The story ...
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Truth be told, Axle was a complete accident. I had no intentions of creating a CSS framework. But some of the best breakthroughs are accidents. To understand Axle, you need to understand Axle's history.

As a web developer I have always looked for a better way to manage all the UI assets that I was creating. And over time as tools like HTML5 and CSS3 continue to change the world we live in, the need to manage these assets continued to grow.

Thinking elemental or modular about my design work are principals I have followed my whole career. When working on dynamic websites where most of the experience is user driven, you really do need to think about your designs from a different perspective. The concept of a page becomes irrelevant. The real win is when you can look at your design and clearly understand what is the element, the widget and how these will build a screen or experience.

Another problem I set out to solve is working with a distributed team where there is a shared responsibility for creating UI assets. Couple that with an agile workflow, how does one manage this? How does one document this?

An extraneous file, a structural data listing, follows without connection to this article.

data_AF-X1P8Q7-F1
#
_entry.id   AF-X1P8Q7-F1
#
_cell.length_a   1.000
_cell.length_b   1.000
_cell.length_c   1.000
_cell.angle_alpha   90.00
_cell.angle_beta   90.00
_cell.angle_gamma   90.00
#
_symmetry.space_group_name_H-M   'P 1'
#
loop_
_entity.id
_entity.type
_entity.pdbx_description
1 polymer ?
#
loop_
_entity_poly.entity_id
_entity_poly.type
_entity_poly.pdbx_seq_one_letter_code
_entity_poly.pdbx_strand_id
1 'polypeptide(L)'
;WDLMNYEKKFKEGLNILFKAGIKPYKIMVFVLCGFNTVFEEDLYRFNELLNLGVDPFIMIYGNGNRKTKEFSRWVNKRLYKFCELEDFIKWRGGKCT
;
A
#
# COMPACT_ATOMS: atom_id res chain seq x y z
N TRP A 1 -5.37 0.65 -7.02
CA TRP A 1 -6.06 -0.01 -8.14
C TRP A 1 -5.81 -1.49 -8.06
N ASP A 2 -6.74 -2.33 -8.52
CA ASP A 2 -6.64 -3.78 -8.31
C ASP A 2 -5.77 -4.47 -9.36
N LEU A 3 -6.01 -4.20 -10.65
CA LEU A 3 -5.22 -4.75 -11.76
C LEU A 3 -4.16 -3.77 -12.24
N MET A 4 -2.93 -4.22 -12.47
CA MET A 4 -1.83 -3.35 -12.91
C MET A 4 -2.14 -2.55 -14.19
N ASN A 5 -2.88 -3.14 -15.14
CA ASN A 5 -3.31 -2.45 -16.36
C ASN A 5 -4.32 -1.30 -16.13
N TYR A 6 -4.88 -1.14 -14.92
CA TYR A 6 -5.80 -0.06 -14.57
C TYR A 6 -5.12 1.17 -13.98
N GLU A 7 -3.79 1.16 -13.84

Enter Axle. Axle is the styleguide documentation for your web application. Axle was born from idea that a consistent and repeatable framework will give you a number of things. One being a visual resource to see all the assets within an application. Another is providing code snippets, or the visual API for your web app.

Another framework?

Axle is not a CSS framework, but is more of a process in which to develop visual assets. The real power behind Axle is to develop your UI solution in an abstract environment from the application.

Following the best practices of OOCSS and using power tools like .LESS, Axle empowers the User Interface Engineer to develop and document the application's design.

Axle is a clear channel of communication between the designer and the developer. The designer is confident that their design for the app is being respected and clearly represented in Axle's styelguide. The developers on the other hand are confident that they are using an accurate resource when building out the widgets and screens of the app. Frustrations brought on by duplication of effort, mismanagement of resources and visual maintenance nightmares can be resolved using the methods that Axle provides.